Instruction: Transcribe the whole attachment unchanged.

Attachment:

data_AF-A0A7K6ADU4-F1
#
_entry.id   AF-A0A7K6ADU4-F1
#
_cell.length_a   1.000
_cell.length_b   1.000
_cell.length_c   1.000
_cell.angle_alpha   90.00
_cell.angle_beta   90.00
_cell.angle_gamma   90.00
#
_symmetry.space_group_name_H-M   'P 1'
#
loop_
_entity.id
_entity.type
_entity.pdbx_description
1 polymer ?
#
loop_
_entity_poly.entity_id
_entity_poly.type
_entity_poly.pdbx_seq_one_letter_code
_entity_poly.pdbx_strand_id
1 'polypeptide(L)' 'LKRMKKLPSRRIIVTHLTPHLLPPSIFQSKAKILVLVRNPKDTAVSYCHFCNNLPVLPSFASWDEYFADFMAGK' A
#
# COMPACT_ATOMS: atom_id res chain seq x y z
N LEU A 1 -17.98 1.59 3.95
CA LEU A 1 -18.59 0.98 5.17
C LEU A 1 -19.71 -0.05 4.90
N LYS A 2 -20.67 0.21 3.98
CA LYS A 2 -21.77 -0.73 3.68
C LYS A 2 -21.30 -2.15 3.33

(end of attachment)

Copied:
data_AF-A0A7K6ADU4-F1
#
_entry.id   AF-A0A7K6ADU4-F1
#
_cell.length_a   1.000
_cell.length_b   1.000
_cell.length_c   1.000
_cell.angle_alpha   90.00
_cell.angle_beta   90.00
_cell.angle_gamma   90.00
#
_symmetry.space_group_name_H-M   'P 1'
#
loop_
_entity.id
_entity.type
_entity.pdbx_description
1 polymer ?
#
loop_
_entity_poly.entity_id
_entity_poly.type
_entity_poly.pdbx_seq_one_letter_code
_entity_poly.pdbx_strand_id
1 'polypeptide(L)' 'LKRMKKLPSRRIIVTHLTPHLLPPSIFQSKAKILVLVRNPKDTAVSYCHFCNNLPVLPSFASWDEYFADFMAGK' A
#
# COMPACT_ATOMS: atom_id res chain seq x y z
N LEU A 1 -17.98 1.59 3.95
CA LEU A 1 -18.59 0.98 5.17
C LEU A 1 -19.71 -0.05 4.90
N LYS A 2 -20.67 0.21 3.98
CA LYS A 2 -21.77 -0.73 3.68
C LYS A 2 -21.30 -2.15 3.33